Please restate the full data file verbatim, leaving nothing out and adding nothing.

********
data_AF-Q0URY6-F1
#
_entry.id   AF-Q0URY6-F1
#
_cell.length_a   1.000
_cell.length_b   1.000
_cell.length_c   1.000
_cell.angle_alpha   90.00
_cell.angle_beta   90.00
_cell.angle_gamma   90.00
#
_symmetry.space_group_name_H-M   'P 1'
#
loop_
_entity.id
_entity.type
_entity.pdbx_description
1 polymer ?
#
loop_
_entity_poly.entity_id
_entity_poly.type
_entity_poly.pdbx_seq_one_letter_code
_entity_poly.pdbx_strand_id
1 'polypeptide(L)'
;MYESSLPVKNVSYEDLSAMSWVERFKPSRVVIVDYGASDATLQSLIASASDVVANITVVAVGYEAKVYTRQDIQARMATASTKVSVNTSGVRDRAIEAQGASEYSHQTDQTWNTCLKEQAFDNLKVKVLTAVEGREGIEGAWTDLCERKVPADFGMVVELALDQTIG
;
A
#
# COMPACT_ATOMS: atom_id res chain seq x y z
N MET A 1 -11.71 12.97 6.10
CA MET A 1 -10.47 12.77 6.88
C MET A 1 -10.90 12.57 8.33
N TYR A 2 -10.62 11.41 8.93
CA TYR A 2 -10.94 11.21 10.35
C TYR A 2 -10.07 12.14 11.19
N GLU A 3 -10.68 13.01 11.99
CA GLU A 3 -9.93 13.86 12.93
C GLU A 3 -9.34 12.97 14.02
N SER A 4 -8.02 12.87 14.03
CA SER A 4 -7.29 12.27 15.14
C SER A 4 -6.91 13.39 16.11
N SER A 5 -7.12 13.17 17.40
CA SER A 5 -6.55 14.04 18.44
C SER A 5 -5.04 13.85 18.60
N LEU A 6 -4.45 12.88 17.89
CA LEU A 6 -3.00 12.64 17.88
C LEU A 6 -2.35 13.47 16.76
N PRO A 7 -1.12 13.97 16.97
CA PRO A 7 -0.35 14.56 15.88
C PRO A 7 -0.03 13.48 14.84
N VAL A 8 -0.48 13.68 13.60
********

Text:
data_AF-Q0URY6-F1
#
_entry.id   AF-Q0URY6-F1
#
_cell.length_a   1.000
_cell.length_b   1.000
_cell.length_c   1.000
_cell.angle_alpha   90.00
_cell.angle_beta   90.00
_cell.angle_gamma   90.00
#
_symmetry.space_group_name_H-M   'P 1'
#
loop_
_entity.id
_entity.type
_entity.pdbx_description
1 polymer ?
#
loop_
_entity_poly.entity_id
_entity_poly.type
_entity_poly.pdbx_seq_one_letter_code
_entity_poly.pdbx_strand_id
1 'polypeptide(L)'
;MYESSLPVKNVSYEDLSAMSWVERFKPSRVVIVDYGASDATLQSLIASASDVVANITVVAVGYEAKVYTRQDIQARMATASTKVSVNTSGVRDRAIEAQGASEYSHQTDQTWNTCLKEQAFDNLKVKVLTAVEGREGIEGAWTDLCERKVPADFGMVVELALDQTIG
;
A
#
# COMPACT_ATOMS: atom_id res chain seq x y z
N MET A 1 -11.71 12.97 6.10
CA MET A 1 -10.47 12.77 6.88
C MET A 1 -10.90 12.57 8.33
N TYR A 2 -10.62 11.41 8.93
CA TYR A 2 -10.94 11.21 10.35
C TYR A 2 -10.07 12.14 11.19
N GLU A 3 -10.68 13.01 11.99
CA GLU A 3 -9.93 13.86 12.93
C GLU A 3 -9.34 12.97 14.02
N SER A 4 -8.02 12.87 14.03
CA SER A 4 -7.29 12.27 15.14
C SER A 4 -6.91 13.39 16.11
N SER A 5 -7.12 13.17 17.40
CA SER A 5 -6.55 14.04 18.44
C SER A 5 -5.04 13.85 18.60
N LEU A 6 -4.45 12.88 17.89
CA LEU A 6 -3.00 12.64 17.88
C LEU A 6 -2.35 13.47 16.76
N PRO A 7 -1.12 13.97 16.97
CA PRO A 7 -0.35 14.56 15.88
C PRO A 7 -0.03 13.48 14.84
N VAL A 8 -0.48 13.68 13.60